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6 Common Questions About Eloping, Answered

The decision to elope instead of having a traditional wedding is a huge one, and comes with a lot of excellent questions. We answer 6 of the most common inquiries about eloping, complete with links to additional information.

1. Do we have to keep it a secret?

The short answer is no -- in fact, many couples are inviting a few close friends and family members to their elopements. So, what's the difference between an elopement and a destination wedding? First of all, the timeline is a lot shorter! You can invite guests to your elopement just a few weeks in advance, and your families aren't involved in the planning. You set the date, make your plans, and invite people to be there or not -- no one to make happy except yourselves. That said, if you want to plan a traditional elopement, you would keep the news to yourselves and let everyone know after the fact. Want to meet somewhere in the middle? You can let a few people close to you know that you plan to elope, but you may need to be prepared to face barrage of pressure to have a traditional wedding, especially if you tell your parents and don't plan to invite them.

2. How much does an elopement cost?

At minimum, you'll need to pay your legal fees, which vary from state to state and county to county. However, you should feel free to plan the experience of your dreams, even if it is an elopement. A luxury elopement combines a memorable ceremony for two with an amazing honeymoon in a fantastic locale, allowing you to reallocate your wedding budget to the non-guest-related expenditures -- in other words, your dress, your rings, your travel, and your accommodations. Planning to go all out on a luxury elopement? Plug your spending limit into our elopement budget breakdown to determine how much to allocate to each aspect. Looking for something simple? Keep expenses down with a courthouse wedding local to where you live.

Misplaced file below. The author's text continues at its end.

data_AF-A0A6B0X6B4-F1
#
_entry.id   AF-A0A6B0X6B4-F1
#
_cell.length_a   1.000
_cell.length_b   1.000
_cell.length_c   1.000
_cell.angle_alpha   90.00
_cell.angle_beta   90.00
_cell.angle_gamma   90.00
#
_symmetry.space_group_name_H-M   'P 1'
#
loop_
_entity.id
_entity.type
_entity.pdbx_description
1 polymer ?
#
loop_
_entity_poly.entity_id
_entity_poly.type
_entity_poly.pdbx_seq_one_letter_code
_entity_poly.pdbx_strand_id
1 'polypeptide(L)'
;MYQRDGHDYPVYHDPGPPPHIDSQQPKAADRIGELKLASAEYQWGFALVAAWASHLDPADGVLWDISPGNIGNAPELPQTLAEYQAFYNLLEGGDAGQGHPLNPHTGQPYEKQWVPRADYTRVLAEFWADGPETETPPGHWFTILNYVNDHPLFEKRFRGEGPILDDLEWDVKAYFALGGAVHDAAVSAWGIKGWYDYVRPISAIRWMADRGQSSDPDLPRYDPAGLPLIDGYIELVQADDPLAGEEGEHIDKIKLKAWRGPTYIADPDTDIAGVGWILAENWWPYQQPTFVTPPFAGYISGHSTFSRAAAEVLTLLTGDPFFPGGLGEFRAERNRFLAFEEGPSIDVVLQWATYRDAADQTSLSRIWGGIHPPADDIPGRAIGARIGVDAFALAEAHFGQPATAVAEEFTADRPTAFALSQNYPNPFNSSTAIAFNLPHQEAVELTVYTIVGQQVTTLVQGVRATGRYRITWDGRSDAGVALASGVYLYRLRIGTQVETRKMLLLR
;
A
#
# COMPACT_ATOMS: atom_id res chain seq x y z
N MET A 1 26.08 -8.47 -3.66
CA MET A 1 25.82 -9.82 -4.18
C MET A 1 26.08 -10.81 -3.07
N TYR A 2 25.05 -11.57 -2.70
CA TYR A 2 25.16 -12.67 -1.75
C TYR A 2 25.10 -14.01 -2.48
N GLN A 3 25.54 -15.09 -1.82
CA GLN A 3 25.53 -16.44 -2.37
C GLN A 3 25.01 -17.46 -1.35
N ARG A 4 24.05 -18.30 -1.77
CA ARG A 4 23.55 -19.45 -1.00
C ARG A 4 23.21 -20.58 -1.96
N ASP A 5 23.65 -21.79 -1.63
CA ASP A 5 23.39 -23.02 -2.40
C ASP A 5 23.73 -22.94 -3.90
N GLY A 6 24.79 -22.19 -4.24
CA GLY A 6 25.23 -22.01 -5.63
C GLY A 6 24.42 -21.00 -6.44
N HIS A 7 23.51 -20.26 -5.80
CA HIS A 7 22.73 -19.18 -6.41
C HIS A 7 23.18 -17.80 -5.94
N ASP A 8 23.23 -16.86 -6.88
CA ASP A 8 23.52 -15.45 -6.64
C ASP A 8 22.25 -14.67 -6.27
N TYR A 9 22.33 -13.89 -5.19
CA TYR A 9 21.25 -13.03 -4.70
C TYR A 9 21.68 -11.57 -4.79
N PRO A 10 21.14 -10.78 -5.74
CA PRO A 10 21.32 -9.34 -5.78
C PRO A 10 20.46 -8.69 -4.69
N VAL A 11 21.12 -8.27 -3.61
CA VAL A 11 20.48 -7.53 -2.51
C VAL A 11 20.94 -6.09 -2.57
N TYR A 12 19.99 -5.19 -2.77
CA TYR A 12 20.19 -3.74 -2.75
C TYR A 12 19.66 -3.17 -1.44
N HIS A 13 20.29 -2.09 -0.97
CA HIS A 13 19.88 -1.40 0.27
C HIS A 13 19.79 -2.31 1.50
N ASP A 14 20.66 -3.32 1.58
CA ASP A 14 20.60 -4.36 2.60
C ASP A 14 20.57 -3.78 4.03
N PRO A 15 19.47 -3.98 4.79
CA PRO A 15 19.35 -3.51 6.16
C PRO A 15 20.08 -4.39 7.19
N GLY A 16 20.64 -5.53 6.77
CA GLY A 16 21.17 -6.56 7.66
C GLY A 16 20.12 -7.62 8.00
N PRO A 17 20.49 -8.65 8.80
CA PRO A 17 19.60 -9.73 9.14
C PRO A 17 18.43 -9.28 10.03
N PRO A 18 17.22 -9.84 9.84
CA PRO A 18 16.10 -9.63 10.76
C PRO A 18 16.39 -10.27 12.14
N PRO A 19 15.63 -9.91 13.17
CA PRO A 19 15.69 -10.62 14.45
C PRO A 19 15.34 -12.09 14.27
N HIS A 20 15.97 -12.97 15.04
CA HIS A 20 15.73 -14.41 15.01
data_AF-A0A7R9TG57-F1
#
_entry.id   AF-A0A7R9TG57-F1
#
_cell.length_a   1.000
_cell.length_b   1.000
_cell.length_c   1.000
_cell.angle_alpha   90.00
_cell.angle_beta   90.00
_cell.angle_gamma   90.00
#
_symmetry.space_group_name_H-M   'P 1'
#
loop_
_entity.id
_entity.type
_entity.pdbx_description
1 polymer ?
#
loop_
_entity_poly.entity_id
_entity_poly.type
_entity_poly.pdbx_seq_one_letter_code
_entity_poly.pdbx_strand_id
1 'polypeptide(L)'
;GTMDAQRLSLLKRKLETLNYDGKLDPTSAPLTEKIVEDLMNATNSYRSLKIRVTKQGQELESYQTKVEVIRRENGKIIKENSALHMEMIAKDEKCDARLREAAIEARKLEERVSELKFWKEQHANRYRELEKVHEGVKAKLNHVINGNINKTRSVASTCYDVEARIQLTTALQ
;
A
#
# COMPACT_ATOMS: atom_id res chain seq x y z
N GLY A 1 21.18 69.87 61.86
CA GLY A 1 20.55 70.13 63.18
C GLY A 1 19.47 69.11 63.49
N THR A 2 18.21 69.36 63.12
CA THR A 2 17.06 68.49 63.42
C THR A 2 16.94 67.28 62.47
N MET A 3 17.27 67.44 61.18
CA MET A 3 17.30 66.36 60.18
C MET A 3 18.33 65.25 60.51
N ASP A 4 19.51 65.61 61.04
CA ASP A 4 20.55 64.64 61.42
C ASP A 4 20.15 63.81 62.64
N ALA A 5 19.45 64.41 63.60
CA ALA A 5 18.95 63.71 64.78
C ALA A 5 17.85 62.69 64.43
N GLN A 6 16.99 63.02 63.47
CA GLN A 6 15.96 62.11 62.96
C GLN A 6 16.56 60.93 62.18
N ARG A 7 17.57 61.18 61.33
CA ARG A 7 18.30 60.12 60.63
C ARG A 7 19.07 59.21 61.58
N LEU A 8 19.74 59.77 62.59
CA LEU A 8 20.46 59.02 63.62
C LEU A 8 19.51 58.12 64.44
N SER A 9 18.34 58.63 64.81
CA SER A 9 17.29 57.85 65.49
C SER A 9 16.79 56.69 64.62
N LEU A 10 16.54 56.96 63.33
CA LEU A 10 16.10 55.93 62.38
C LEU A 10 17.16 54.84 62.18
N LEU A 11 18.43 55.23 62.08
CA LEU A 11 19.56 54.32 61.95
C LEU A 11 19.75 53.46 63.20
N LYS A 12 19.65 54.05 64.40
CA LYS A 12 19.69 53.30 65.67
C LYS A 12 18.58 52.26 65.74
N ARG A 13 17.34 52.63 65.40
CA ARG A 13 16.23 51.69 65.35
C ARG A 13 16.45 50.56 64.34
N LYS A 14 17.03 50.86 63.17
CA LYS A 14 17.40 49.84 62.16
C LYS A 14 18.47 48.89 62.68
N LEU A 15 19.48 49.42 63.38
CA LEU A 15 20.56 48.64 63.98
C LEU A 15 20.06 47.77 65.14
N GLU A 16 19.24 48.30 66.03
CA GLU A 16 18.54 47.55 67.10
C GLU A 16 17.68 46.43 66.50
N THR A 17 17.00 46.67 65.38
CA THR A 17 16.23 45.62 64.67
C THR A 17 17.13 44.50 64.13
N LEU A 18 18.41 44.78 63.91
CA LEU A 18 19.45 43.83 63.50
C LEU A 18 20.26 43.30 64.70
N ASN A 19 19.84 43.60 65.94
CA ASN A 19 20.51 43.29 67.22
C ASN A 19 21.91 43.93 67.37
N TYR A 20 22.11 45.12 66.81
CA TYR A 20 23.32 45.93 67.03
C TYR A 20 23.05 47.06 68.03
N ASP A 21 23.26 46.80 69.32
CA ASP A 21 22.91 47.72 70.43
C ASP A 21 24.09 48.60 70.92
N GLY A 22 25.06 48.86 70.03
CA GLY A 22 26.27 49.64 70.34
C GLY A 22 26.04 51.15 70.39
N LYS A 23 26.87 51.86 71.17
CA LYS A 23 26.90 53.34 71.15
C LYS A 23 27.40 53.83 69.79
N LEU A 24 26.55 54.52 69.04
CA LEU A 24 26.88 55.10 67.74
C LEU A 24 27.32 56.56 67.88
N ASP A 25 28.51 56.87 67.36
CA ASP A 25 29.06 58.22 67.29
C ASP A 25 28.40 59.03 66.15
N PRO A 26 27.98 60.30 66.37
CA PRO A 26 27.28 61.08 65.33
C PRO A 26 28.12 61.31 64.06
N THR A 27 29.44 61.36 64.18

3. Who do we tell first? Assuming you don't have any children (who should be informed of an elopement in advance), the first people to inform that you've eloped is your parents. A good rule of thumb after that is to start with your closest relatives (beginning with your siblings) and expand to your closest friends. Friends and relatives after the close ones have been informed can find out at your leisure either by phone, a formal wedding announcement, or an announcement on social media. Check out our complete breakdown of announcing your elopement for more details.

4. What is the biggest challenge of an elopement?

The biggest challenge of an elopement is dealing with the fallout if you've kept it a secret. While most people will be delighted with the news, there's a chance that those closest to you may feel as though they missed out on an important milestone in your life. As previously mentioned, you can actually invite people to your elopement if you think the fallout is going to be too much to bear (or you simply want loved ones with you on your special day).

5. How do we handle loved ones who are disappointed we didn't have a formal wedding?

It's important to stress your reasons for eloping in a non-confrontational way, keeping in mind that people are likely reacting out of disappointment that they missed the event, and not because they're unhappy about your new marital status. The aforementioned fallout can be alleviated by holding a post-elopement reception, giving those closest to you an opportunity to celebrate with you. Your reception can be as simple or as formal as you like -- learn more about post-elopement receptions here.

6. Can we still register for gifts?

You can absolutely register for gifts! There's a good chance that loved ones will want to congratulate you on your marriage, and gift registries are there for the convenience of the gift givers, ensuring that they're purchasing something that you're guaranteed to like. You should definitely plan to register if you're hosting a post-elopement reception, but don't mention your registries in your invitations or announcements. The correct way to let people know that you're registered is by word of mouth.

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